Airbnb, the very successful, worldwide, U.S.-based online marketplace and hospitality online service provider, just launched the brand name it will use for marketing in China. It is a three-character name 爱彼迎 (ài bǐ yíng). Individually, the three characters mean ‘love’, ‘mutual’ and ‘welcome’—strategically on-target for Airbnb, if you consider them in isolation
According to an Airbnb spokesperson, the name represents “the value and mission of our brand, with the love of the world’s tens of millions of neighborhood communities converging in the different corners of the earth”.
Except, there ‘s a little problem. Chinese consumers’ response to the name has been mixed and in some cases quite critical.
While an important step in localization for Chinese consumers and for establishing a clear differentiation from domestic competitors, the brand’s “love”-laden Chinese name may prove to be a liability.
The name has gotten more than just chuckles from Chinese netizens on the brand’s Weibo account and other social media, where comments have ranged from “ugly-sounding”, “sounds like a ‘filthy love hotel’ “and that the brand “might as well stick to having no Chinese name at all”.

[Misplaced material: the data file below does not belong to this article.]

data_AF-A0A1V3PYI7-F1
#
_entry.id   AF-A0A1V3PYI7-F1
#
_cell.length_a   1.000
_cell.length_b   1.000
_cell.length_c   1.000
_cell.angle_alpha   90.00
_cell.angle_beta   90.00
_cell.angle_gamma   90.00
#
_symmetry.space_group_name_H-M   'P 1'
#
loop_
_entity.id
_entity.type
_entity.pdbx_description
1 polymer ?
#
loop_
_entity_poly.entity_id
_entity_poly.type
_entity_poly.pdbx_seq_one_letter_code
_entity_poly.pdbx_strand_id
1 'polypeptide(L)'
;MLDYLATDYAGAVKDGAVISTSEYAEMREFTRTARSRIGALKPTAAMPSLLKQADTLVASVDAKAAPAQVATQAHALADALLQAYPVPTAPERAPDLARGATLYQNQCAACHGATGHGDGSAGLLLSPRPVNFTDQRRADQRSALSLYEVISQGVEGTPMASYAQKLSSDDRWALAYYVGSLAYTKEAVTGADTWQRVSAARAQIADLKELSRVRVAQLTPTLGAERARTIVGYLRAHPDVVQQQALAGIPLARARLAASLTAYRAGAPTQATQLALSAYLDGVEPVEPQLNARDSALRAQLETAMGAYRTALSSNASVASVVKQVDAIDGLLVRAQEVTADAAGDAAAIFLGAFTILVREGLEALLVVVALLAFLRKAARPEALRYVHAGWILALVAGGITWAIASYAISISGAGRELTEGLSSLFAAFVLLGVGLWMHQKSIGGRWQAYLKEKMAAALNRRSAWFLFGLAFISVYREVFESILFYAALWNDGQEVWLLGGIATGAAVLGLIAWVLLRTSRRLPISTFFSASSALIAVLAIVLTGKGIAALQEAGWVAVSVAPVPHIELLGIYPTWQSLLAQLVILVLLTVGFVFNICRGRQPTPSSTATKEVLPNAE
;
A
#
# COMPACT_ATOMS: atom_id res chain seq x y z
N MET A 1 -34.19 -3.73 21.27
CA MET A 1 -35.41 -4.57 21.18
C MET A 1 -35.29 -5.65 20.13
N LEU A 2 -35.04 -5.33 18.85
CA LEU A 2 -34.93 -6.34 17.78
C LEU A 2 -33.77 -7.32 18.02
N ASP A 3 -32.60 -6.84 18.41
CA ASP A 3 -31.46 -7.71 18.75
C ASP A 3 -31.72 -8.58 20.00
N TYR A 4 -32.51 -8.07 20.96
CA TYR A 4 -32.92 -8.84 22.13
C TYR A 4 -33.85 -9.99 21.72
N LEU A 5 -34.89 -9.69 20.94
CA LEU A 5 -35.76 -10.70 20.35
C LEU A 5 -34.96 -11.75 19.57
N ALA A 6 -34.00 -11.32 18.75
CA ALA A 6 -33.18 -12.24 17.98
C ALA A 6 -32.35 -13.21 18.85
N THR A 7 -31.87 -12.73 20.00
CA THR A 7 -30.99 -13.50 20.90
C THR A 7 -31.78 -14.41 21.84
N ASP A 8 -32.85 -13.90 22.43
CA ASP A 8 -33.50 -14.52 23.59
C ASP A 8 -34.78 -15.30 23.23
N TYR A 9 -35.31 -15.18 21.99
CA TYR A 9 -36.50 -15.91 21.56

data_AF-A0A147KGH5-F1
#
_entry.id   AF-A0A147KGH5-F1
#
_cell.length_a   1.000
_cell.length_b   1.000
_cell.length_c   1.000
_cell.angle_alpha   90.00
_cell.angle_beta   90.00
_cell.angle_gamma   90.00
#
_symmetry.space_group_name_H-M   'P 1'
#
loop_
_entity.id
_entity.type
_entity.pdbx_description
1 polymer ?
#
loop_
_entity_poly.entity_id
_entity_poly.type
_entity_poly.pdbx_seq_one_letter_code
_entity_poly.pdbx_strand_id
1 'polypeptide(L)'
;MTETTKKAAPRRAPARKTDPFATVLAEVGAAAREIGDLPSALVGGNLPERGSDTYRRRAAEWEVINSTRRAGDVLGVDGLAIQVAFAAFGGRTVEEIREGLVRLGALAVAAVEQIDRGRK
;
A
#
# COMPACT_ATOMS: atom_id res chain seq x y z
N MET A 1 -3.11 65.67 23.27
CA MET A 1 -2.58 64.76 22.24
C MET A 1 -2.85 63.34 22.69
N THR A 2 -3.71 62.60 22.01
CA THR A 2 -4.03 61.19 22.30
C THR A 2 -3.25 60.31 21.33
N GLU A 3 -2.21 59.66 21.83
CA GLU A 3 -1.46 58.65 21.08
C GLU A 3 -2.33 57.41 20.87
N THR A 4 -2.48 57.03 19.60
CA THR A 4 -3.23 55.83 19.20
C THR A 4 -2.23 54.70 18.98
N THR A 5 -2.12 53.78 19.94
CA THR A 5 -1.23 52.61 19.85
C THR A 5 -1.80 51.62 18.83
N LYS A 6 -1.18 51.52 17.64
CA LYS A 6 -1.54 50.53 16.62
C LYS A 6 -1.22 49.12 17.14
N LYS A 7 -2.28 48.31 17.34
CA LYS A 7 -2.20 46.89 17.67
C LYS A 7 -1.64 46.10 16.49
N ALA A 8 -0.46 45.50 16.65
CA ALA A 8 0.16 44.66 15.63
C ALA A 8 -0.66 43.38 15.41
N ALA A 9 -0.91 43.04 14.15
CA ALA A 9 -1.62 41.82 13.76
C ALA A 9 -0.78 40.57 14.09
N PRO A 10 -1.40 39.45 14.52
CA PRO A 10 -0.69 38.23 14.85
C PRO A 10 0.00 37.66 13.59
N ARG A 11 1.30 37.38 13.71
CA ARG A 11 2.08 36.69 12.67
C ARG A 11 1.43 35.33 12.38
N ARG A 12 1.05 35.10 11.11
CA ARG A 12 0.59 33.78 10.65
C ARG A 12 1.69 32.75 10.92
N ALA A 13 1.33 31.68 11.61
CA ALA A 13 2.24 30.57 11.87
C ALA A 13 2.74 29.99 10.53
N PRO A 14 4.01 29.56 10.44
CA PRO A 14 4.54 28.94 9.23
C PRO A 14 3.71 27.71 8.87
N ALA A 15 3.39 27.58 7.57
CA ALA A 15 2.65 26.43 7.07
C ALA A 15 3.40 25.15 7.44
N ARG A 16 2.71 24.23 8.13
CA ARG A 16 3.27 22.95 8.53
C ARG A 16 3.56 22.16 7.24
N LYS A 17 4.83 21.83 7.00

Some marketing professionals have criticized the choice, because with the letters it joins together, it is not easy to pronounce. Also, the first character “爱 ài” is a widely used Chinese word expressing the idea of love. “Nothing wrong for a brand to be associated with love, but the issue is too many brands use it for exactly this reason,” says Jerry Clode, head of digital and social insight at Resonance. He feels the character is used excessively in the advertising of other industries and product categories in China. “There is too much ‘love’ in Chinese marketing; it seems difficult for Airbnb to own this emotion for themselves in a differentiated way.”
Well, we’ll see how this turns out. It seems to me that Airbnb will stick with its choice, until significant negatives develop.
However, it does seem strange that a company as knowledgeable in marketing as Airbnb did not either adequately or effectively use market research to evaluate all aspects of a completely new name in a market as widely diverse as China.
For the complete article from Campaign Asia go here: http://www.campaignasia.com/video/china-to-airbnb-new-chinese-name-is-ugly-sounding-like-a-filthy-love-hotel/434914